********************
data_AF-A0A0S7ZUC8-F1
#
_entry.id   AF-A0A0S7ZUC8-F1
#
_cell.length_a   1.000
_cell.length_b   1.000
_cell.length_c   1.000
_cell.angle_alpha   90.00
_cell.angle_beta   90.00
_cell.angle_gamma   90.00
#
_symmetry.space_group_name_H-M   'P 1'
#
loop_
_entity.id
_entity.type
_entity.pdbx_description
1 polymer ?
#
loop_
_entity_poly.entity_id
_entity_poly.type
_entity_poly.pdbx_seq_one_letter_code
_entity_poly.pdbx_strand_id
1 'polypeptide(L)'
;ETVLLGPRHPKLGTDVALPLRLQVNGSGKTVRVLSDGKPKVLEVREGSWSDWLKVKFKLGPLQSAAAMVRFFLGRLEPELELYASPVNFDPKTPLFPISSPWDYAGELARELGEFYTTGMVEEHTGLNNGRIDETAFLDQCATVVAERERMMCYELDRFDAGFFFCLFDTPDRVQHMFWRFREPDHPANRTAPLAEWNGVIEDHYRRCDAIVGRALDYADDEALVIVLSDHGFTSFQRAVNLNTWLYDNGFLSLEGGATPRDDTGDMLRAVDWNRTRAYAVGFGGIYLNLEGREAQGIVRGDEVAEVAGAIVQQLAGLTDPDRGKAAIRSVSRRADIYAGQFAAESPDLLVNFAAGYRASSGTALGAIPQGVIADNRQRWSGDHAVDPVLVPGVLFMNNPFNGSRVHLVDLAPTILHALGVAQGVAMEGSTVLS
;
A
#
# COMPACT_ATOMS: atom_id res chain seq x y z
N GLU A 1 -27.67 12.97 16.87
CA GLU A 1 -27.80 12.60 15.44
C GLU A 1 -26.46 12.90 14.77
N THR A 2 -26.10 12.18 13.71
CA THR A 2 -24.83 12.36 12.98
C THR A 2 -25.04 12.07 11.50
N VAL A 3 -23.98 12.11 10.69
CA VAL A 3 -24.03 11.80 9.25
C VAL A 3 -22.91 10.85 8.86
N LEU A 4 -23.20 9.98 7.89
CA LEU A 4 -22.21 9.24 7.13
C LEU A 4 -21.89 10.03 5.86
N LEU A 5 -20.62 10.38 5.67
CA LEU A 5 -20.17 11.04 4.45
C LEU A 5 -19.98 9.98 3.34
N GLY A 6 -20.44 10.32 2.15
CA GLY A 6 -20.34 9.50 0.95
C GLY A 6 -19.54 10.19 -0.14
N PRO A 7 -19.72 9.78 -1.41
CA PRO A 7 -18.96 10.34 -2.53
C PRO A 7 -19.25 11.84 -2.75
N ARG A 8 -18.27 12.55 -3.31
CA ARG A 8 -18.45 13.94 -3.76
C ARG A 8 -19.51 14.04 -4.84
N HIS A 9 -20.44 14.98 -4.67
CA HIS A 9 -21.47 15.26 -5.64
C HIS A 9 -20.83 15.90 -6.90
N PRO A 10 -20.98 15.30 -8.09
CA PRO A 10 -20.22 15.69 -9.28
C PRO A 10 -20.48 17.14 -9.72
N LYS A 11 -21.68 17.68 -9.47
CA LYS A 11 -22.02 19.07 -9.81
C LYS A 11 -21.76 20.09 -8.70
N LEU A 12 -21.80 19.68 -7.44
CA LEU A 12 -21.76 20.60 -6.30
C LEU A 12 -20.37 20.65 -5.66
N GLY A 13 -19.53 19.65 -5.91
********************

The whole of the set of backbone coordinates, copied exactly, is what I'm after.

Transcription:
data_AF-A0A0S7ZUC8-F1
#
_entry.id   AF-A0A0S7ZUC8-F1
#
_cell.length_a   1.000
_cell.length_b   1.000
_cell.length_c   1.000
_cell.angle_alpha   90.00
_cell.angle_beta   90.00
_cell.angle_gamma   90.00
#
_symmetry.space_group_name_H-M   'P 1'
#
loop_
_entity.id
_entity.type
_entity.pdbx_description
1 polymer ?
#
loop_
_entity_poly.entity_id
_entity_poly.type
_entity_poly.pdbx_seq_one_letter_code
_entity_poly.pdbx_strand_id
1 'polypeptide(L)'
;ETVLLGPRHPKLGTDVALPLRLQVNGSGKTVRVLSDGKPKVLEVREGSWSDWLKVKFKLGPLQSAAAMVRFFLGRLEPELELYASPVNFDPKTPLFPISSPWDYAGELARELGEFYTTGMVEEHTGLNNGRIDETAFLDQCATVVAERERMMCYELDRFDAGFFFCLFDTPDRVQHMFWRFREPDHPANRTAPLAEWNGVIEDHYRRCDAIVGRALDYADDEALVIVLSDHGFTSFQRAVNLNTWLYDNGFLSLEGGATPRDDTGDMLRAVDWNRTRAYAVGFGGIYLNLEGREAQGIVRGDEVAEVAGAIVQQLAGLTDPDRGKAAIRSVSRRADIYAGQFAAESPDLLVNFAAGYRASSGTALGAIPQGVIADNRQRWSGDHAVDPVLVPGVLFMNNPFNGSRVHLVDLAPTILHALGVAQGVAMEGSTVLS
;
A
#
# COMPACT_ATOMS: atom_id res chain seq x y z
N GLU A 1 -27.67 12.97 16.87
CA GLU A 1 -27.80 12.60 15.44
C GLU A 1 -26.46 12.90 14.77
N THR A 2 -26.10 12.18 13.71
CA THR A 2 -24.83 12.36 12.98
C THR A 2 -25.04 12.07 11.50
N VAL A 3 -23.98 12.11 10.69
CA VAL A 3 -24.03 11.80 9.25
C VAL A 3 -22.91 10.85 8.86
N LEU A 4 -23.20 9.98 7.89
CA LEU A 4 -22.21 9.24 7.13
C LEU A 4 -21.89 10.03 5.86
N LEU A 5 -20.62 10.38 5.67
CA LEU A 5 -20.17 11.04 4.45
C LEU A 5 -19.98 9.98 3.34
N GLY A 6 -20.44 10.32 2.15
CA GLY A 6 -20.34 9.50 0.95
C GLY A 6 -19.54 10.19 -0.14
N PRO A 7 -19.72 9.78 -1.41
CA PRO A 7 -18.96 10.34 -2.53
C PRO A 7 -19.25 11.84 -2.75
N ARG A 8 -18.27 12.55 -3.31
CA ARG A 8 -18.45 13.94 -3.76
C ARG A 8 -19.51 14.04 -4.84
N HIS A 9 -20.44 14.98 -4.67
CA HIS A 9 -21.47 15.26 -5.64
C HIS A 9 -20.83 15.90 -6.90
N PRO A 10 -20.98 15.30 -8.09
CA PRO A 10 -20.22 15.69 -9.28
C PRO A 10 -20.48 17.14 -9.72
N LYS A 11 -21.68 17.68 -9.47
CA LYS A 11 -22.02 19.07 -9.81
C LYS A 11 -21.76 20.09 -8.70
N LEU A 12 -21.80 19.68 -7.44
CA LEU A 12 -21.76 20.60 -6.30
C LEU A 12 -20.37 20.65 -5.66
N GLY A 13 -19.53 19.65 -5.91